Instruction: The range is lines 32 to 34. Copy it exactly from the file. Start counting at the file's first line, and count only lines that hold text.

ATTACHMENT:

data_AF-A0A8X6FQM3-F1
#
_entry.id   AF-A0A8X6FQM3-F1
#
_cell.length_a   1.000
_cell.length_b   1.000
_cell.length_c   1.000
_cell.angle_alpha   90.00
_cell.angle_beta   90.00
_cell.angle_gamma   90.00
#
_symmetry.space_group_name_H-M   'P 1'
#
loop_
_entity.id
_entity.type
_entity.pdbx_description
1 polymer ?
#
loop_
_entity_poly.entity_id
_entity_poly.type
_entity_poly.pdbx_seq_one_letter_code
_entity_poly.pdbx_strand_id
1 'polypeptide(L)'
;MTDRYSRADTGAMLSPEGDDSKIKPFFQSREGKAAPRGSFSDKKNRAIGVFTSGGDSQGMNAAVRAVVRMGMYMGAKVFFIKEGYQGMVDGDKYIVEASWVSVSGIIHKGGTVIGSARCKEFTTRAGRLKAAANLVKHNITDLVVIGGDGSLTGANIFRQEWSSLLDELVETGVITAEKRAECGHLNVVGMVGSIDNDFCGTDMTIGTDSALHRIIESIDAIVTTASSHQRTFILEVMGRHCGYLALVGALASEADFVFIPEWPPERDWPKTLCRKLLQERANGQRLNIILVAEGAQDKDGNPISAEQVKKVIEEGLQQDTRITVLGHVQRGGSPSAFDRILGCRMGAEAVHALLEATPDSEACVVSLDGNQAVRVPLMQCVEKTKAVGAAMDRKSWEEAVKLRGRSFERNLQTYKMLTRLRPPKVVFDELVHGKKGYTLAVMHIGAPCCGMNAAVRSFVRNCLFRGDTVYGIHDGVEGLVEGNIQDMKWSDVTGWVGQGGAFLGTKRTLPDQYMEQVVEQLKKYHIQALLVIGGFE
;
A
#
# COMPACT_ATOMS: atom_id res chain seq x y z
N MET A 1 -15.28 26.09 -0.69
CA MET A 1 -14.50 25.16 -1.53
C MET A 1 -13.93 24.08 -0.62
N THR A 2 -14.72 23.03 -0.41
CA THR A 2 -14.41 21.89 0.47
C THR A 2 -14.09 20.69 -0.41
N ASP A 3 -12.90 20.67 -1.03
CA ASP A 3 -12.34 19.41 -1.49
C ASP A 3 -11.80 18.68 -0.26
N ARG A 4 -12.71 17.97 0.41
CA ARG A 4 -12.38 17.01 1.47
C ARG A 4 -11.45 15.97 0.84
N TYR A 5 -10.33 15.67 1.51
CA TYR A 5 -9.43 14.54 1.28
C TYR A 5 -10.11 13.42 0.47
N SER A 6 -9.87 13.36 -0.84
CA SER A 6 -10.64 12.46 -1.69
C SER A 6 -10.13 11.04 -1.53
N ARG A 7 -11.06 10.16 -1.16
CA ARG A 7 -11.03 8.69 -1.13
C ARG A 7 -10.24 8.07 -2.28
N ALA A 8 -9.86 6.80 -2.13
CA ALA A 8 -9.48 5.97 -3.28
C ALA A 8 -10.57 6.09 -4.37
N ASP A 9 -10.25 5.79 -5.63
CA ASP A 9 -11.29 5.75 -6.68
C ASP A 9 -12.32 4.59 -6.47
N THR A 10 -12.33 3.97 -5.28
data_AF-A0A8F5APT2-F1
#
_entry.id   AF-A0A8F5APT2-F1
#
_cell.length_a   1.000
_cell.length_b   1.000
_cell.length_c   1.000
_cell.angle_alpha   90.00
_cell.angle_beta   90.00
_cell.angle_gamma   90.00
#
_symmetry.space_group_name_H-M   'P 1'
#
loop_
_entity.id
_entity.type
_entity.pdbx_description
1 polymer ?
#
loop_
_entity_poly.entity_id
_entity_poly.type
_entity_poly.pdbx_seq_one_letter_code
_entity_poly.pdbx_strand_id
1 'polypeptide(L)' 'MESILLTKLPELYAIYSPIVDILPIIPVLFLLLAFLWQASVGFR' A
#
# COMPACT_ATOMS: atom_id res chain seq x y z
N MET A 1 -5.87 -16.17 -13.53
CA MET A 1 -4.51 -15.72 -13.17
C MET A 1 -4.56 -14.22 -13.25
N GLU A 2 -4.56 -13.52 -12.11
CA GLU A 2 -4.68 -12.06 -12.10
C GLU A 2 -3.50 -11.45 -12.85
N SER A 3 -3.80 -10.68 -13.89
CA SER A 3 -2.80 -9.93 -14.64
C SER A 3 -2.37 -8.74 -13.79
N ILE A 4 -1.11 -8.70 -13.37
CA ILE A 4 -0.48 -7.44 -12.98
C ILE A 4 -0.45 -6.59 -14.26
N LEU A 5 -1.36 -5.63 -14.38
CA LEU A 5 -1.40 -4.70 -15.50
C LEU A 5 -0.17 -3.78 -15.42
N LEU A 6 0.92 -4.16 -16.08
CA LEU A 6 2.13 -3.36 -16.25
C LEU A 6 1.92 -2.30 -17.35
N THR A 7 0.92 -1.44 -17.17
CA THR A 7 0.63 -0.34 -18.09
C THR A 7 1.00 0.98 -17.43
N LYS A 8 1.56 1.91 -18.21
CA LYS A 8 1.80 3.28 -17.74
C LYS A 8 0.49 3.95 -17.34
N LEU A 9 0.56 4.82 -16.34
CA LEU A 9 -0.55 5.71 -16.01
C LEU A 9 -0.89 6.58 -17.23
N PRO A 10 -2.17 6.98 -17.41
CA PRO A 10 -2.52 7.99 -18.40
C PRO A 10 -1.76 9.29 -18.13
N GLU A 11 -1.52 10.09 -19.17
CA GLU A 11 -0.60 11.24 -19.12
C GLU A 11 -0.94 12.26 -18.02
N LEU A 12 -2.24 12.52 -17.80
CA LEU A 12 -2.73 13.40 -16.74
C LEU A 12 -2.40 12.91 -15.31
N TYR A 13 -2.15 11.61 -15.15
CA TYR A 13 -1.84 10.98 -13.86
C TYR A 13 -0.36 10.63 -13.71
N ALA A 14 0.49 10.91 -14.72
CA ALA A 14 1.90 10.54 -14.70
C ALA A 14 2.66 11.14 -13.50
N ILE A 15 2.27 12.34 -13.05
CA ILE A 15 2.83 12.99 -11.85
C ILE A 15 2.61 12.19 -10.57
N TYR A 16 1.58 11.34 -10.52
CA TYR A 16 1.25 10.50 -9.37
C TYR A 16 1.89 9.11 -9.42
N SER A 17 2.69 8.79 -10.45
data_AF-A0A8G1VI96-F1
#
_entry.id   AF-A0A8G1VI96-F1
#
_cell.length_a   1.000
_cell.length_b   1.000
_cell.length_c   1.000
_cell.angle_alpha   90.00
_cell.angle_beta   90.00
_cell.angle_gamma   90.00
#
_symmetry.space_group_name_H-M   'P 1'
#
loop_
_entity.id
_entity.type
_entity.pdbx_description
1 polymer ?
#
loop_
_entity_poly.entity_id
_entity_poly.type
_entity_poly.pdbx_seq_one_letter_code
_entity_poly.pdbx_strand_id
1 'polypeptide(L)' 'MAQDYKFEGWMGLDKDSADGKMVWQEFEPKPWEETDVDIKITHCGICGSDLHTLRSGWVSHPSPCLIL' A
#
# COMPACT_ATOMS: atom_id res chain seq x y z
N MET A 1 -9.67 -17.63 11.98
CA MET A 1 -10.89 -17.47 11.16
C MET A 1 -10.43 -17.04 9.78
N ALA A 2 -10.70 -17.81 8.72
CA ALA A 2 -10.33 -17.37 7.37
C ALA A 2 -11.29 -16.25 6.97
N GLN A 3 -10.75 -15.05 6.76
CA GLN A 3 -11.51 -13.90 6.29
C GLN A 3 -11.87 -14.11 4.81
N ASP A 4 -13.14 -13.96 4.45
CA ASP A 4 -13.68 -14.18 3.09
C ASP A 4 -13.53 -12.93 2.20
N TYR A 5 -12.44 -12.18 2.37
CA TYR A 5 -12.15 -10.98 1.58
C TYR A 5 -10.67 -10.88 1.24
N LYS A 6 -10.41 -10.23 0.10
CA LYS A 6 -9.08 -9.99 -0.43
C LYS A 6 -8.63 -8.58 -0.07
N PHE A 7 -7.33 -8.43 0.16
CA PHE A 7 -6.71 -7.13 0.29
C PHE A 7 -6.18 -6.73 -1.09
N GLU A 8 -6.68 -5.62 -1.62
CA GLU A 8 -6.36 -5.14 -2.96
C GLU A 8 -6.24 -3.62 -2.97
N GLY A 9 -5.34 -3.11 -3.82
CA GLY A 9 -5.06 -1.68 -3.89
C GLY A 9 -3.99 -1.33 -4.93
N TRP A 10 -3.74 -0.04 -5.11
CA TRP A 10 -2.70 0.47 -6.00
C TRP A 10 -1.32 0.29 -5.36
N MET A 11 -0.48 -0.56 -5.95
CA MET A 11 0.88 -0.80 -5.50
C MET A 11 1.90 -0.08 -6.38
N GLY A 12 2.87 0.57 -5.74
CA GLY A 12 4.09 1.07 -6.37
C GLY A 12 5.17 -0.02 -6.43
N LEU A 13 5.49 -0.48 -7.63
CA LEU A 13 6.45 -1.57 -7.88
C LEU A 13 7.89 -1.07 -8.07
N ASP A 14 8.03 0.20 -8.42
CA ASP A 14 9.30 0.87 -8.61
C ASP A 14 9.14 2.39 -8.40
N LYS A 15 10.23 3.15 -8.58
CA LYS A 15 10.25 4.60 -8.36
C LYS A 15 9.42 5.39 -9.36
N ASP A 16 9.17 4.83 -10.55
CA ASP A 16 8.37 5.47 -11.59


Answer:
CA MET A 1 -14.50 25.16 -1.53
C MET A 1 -13.93 24.08 -0.62
N THR A 2 -14.72 23.03 -0.41